If you are looking for something that is offbeat, but still intriguing then this is well worth the effort. If it weren’t for its misguided humor this thing could’ve really had an impact although it does reveal its cards too soon and I was able to guess the twist ending long before it actually happened, but as a whole it has its moments and a potential cult following or sure.

My Rating: 6 out of 10

Released: May 11, 1979

Runtime: 1 Hour 26 Minutes

Rated R

Director: William Richert

Studio: AVCO Embassy Pictures

Available: DVD, Amazon Video

Cinderella Liberty (1973)

cinderella-liberty-1

By Richard Winters

My Rating: 5 out of 10

4-Word Review: Sailor falls for prostitute.

John Baggs (James Caan) is a sailor who checks into a Seattle, Washington naval base medical facility for a check-up and while there has his files lost and is unable to receive pay or new orders until they are found. While the navy tries to find them they give him a ‘Cinderella Liberty’ pass, which allows him to come and go from the base as long as he returns before curfew. During his excursions into the city he meets up with Maggie (Marsha Mason) a prostitute and goes back to her place for sex. It is there that he meets her biracial son Doug (Kirk Calloway). Despite the tremendous odds John finds himself falling-in-love with Maggie while trying earnestly to make a better life for Doug.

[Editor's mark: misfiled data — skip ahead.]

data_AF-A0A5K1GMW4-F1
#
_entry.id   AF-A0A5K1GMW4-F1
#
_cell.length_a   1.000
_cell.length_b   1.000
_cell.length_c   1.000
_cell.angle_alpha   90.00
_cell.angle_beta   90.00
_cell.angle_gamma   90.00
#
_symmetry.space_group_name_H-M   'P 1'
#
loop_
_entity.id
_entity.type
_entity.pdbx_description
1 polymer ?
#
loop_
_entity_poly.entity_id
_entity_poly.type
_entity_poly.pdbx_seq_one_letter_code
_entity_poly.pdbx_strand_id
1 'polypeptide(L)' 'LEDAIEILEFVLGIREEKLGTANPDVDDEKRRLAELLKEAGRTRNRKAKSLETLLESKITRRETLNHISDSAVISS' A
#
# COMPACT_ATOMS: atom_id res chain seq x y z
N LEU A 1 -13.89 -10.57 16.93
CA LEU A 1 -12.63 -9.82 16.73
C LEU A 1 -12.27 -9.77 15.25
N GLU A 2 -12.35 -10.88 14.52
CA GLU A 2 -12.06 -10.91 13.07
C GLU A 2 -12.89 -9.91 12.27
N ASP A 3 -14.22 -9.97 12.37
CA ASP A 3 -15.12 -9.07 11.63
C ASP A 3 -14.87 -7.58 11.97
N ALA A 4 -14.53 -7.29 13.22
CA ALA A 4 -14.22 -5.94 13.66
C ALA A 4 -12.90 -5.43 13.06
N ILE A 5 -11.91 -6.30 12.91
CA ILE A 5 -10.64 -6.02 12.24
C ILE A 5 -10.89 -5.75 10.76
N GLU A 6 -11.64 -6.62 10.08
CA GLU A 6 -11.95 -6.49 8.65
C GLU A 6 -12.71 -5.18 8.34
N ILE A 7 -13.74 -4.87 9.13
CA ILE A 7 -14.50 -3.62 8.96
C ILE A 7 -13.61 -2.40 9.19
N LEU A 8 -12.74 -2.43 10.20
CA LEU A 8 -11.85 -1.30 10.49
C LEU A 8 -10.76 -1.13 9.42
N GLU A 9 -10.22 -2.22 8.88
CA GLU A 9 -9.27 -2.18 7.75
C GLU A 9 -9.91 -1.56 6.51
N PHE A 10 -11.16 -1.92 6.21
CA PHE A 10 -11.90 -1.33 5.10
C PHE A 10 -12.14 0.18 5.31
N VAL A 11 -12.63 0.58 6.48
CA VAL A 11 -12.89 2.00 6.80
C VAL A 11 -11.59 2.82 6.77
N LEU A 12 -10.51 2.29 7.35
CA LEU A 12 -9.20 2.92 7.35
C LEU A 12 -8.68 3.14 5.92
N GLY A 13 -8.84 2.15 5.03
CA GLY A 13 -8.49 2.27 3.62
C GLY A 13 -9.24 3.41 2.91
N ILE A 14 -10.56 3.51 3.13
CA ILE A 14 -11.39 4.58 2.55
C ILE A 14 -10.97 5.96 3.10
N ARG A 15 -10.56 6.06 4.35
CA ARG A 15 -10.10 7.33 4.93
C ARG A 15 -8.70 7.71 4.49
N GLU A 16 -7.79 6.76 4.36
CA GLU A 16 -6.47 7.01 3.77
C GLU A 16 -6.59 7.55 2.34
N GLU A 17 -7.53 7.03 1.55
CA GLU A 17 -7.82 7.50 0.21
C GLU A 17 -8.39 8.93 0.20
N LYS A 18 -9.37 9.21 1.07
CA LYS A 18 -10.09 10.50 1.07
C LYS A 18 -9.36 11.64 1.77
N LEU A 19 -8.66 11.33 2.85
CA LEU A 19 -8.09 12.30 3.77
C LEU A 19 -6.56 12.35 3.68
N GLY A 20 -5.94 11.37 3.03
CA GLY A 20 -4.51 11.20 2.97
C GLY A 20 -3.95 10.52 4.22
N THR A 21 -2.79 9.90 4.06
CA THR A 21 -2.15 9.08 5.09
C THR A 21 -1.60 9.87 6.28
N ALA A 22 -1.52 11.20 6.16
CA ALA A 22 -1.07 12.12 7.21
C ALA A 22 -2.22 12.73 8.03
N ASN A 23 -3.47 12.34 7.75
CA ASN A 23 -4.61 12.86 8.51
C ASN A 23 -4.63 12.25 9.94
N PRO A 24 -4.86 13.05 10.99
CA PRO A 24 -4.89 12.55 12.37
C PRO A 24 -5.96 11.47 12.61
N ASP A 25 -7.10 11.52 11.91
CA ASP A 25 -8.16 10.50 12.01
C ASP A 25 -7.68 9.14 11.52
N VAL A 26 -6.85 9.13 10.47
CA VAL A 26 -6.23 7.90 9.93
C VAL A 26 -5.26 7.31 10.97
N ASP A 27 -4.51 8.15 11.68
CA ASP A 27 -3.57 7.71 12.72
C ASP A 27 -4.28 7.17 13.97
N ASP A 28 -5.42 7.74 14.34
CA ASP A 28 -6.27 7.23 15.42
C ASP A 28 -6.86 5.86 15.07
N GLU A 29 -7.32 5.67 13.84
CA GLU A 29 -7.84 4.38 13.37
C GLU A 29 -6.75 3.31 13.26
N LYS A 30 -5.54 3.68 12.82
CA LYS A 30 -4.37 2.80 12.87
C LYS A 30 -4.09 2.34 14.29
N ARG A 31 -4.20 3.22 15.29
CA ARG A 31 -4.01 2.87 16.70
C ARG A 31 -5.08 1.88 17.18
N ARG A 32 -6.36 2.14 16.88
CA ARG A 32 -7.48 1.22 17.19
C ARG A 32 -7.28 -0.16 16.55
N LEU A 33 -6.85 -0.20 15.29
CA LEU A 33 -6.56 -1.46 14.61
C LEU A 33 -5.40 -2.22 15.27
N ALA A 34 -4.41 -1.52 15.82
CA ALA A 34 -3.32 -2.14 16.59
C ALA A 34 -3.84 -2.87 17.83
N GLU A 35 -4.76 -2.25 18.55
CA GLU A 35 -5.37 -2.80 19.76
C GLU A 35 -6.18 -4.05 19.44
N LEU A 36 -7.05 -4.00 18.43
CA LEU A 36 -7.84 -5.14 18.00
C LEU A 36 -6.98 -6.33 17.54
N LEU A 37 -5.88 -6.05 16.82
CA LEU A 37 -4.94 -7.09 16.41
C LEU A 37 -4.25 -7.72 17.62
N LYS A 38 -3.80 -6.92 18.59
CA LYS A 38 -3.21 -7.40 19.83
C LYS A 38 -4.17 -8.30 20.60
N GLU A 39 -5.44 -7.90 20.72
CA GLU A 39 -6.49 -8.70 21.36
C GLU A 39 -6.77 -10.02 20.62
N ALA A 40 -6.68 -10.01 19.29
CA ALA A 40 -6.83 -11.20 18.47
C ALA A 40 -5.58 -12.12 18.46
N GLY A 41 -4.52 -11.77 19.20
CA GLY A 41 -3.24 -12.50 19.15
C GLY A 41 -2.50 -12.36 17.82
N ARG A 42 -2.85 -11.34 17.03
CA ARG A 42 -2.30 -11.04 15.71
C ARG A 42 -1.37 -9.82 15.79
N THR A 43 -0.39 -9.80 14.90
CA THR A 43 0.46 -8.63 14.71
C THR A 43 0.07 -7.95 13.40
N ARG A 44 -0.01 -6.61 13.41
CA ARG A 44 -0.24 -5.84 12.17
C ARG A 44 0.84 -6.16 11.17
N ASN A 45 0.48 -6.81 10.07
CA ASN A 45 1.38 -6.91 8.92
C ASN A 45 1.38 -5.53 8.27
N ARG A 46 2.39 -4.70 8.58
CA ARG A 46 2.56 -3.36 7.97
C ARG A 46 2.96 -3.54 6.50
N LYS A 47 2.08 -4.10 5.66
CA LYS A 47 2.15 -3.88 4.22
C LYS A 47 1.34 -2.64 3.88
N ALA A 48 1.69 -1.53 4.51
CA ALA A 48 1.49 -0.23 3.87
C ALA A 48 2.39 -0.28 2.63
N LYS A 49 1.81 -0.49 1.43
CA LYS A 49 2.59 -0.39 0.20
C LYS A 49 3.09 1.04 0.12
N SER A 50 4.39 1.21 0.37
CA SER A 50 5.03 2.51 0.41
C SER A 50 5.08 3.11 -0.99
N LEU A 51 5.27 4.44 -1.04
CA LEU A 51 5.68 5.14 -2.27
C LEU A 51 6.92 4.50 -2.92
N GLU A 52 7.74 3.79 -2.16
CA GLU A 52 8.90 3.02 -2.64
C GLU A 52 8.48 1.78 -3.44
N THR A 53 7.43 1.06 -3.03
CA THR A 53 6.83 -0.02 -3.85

This is one of those films I enjoyed quite a bit the first time I saw it, but could not get into it as much the second time around, which is a shame as it does have a lot of good things going for it. Vilmos Zsigmond’s cinematography and the way he captures the seedier side of the city is one of the film’s chief assets particularly the vivid look at Maggie’s squalor of an apartment that no studio could possible recreate quite as effectively. Trying to mix romance with gritty reality while getting away from the soft focus and idealized view of love, which permeated a lot of romance films of the ‘70s is a noble and interesting effort. I also really enjoyed John Williams’s ragtime sounding score and the bouncy opening tune sung by Paul Williams.